Canning Kidney Beans Made Simple

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Are you looking for an easy but delicious way to preserve kidney beans and make them part of your emergency food storage? Canning is a great option! It’s not as complicated or time consuming as you may think, and can be an excellent addition to any food-prep plan. In this blog post, we’ll walk through the simple steps needed to properly can kidney beans at home. From choosing the right type of bean, preparing it for airtight jars, and boiling it correctly—we’ve got all your canning needs covered in one place! So if you’re ready to get started preserving some delicious kidney beans that will last for years on end, then read on!

Disclosure: Some of the links below are affiliate links, meaning, at no additional cost to you, I will earn a commission if you click through and make a purchase. 

How to Pressure Can Kidney Beans


  • Dried beans (kidney, black beans, pinto, navy, etc)
  • Water
  • Quart or pint sized mason jars with lids/rings (like these)
  • A pressure canner (buy one here)


Pick through your beans to remove any foreign objects, then place them in a large bowl and cover with plenty of water. Allow them to soak overnight.

(You can add 2 Tablespoons whey, vinegar, or lemon juice to your soaking water if you wish. Some folks report that it makes them easier to digest.)

The next morning, drain and rinse the beans. Place in a large pot and cover them by about 2 inches of fresh water. Bring to a boil. (Stir frequently and watch carefully– those beans LOVE to boil over!)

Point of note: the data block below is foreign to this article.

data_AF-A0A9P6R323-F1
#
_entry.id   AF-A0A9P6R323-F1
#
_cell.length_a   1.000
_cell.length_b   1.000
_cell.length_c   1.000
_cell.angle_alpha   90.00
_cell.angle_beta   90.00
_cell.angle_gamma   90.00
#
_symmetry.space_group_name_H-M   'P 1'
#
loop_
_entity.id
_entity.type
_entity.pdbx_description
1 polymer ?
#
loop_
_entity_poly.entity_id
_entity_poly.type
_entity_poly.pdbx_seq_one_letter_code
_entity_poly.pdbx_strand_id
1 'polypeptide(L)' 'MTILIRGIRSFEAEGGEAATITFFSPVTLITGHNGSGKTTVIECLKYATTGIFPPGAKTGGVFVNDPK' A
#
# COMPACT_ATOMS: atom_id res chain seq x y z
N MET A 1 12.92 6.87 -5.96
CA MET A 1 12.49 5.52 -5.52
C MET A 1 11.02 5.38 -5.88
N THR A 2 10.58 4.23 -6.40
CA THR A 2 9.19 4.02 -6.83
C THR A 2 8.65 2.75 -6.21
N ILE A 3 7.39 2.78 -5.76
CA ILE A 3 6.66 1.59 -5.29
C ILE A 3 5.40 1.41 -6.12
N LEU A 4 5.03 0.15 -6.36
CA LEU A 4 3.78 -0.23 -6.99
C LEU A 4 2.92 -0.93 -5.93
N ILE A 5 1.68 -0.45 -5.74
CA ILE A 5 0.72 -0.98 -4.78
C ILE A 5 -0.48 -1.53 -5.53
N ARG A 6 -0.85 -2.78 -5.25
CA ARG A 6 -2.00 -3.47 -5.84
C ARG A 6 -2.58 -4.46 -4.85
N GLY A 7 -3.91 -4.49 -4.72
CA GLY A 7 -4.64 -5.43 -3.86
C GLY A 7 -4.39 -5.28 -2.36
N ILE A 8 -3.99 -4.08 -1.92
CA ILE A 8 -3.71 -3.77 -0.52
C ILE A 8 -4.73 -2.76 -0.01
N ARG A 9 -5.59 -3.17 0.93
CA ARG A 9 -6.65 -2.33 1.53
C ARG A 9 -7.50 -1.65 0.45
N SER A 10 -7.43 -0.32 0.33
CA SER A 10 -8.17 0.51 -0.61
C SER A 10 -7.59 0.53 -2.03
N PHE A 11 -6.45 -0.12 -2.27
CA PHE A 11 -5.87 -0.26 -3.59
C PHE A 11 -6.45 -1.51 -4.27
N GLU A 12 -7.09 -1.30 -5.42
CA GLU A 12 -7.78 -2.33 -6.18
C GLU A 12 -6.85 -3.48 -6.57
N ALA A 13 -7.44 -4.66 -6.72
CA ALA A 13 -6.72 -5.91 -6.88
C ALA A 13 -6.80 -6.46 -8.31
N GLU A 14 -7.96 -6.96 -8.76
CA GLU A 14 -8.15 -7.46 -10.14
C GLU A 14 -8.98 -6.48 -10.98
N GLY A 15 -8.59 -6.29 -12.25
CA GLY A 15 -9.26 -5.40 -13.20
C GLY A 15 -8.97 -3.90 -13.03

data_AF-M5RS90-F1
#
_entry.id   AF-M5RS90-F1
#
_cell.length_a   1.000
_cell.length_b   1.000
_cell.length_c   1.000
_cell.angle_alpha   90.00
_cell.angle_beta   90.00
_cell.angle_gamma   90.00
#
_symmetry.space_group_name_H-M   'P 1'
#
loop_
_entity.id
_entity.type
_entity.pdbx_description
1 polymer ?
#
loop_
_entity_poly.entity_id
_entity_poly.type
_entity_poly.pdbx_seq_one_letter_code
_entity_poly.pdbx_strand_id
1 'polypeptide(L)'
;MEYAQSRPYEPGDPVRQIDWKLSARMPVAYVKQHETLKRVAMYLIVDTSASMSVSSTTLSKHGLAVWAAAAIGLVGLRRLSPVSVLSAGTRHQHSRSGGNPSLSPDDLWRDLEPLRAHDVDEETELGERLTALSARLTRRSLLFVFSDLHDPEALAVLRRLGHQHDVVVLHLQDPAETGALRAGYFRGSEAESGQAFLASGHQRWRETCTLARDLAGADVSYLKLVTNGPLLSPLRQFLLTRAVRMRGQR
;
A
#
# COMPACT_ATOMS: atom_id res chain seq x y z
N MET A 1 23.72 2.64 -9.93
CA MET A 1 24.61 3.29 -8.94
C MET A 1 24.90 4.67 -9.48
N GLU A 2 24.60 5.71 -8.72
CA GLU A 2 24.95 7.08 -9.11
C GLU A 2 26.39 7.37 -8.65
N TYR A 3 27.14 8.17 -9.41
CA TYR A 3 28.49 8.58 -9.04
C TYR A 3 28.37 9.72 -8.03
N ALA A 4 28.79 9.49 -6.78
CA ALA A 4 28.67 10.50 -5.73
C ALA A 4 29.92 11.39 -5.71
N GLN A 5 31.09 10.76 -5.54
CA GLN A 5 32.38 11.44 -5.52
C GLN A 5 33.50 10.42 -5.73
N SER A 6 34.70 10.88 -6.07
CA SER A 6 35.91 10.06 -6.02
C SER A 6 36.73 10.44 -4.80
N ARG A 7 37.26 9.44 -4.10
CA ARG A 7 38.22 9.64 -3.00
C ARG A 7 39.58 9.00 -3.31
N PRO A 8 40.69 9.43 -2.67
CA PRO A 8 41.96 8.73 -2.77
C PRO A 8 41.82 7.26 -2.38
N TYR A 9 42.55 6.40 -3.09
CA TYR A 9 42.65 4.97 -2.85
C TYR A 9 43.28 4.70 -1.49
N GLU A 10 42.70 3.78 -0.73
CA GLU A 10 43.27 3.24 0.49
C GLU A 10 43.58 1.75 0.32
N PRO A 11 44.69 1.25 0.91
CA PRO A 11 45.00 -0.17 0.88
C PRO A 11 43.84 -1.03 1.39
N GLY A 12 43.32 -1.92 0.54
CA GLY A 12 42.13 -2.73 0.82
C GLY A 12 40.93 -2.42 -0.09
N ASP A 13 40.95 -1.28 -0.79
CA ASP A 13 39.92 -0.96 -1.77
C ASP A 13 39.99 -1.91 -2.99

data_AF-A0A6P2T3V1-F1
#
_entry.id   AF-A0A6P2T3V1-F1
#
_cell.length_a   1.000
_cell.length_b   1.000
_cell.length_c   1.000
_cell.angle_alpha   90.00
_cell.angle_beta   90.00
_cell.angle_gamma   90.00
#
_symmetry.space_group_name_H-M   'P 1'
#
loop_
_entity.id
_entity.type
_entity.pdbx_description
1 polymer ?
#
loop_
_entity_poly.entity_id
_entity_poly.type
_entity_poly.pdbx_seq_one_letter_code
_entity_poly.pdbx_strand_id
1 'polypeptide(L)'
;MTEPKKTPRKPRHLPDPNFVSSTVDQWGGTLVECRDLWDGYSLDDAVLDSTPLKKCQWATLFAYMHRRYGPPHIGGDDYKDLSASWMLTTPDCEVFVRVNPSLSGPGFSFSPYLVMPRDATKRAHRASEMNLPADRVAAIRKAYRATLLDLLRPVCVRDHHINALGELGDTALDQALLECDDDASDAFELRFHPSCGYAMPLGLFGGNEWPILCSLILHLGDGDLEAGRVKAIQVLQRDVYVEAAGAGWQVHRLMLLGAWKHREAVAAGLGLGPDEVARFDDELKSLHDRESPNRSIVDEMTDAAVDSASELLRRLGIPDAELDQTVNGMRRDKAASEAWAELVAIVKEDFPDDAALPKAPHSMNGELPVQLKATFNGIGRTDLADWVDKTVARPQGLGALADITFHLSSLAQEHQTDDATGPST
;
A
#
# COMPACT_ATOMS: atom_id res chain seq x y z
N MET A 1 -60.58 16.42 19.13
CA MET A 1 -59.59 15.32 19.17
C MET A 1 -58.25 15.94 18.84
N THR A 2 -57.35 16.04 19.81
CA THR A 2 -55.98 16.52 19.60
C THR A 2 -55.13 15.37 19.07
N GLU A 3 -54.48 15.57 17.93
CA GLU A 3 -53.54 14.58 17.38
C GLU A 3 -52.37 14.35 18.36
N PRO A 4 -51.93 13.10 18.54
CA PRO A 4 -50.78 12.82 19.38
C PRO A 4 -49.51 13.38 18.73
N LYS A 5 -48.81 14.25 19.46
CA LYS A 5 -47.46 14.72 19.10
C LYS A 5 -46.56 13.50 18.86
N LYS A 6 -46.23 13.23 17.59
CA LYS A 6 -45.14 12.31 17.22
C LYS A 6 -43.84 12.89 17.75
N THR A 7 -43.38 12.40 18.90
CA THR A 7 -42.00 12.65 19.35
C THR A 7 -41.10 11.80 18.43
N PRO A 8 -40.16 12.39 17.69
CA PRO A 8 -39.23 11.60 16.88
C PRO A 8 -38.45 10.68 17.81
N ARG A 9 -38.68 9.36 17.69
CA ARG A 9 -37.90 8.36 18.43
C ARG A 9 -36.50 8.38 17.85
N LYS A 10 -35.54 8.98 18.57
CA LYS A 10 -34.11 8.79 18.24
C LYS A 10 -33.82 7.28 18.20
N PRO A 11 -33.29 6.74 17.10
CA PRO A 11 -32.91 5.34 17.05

Ladle the hot beans into hot jars (no need to sterilize them, but they should be clean and hot), leaving 1″ headspace. Fill with the cooking liquid, again, leaving 1″ headspace. Put lids and rings on the jars.

canning kidney beans-

**Alternate Method**

The Ball Blue Book recommends boiling the beans for 30 minutes before placing into jars. However, this makes the beans a little on the mushy side. Many folks (including myself) have had good luck with simply soaking the beans overnight, rinsing, and then placing them straight into the jars. Fill the jars with boiling water (leaving 1″ headspace) and then proceed with the canning. This eliminates the hassle of boiling and results in slightly firmer beans.

Place them in a pressure canner and process at 10 pounds* pressure:

Pints for 1 hour and 15 minutes
Quarts for 1 hour and 30 minutes

(*You will need to adjust your pressure depending on your altitude. )

Remove from canner and let cool, checking all lids for proper seals before storing.

Must Have Kitchen Tools

Kitchen Notes

  • Bean Amounts: My Ball Blue Book calls for about 3/4 pound of dried beans per quart jar.  If you end up with extra, you can always freeze them, or eat them for supper that night.
  • After you boil the beans and are ready to put them in jars, they won’t be fully softened. The pressure canner will do the rest of the cooking, so don’t panic.
  • If you like, you can add some salt to each jar (1/2 teaspoon for pints, 1 teaspoon for quarts). This is purely for added flavor- it plays no part in the preservation process. I usually leave mine unsalted and season accordingly when I’m ready to use them.

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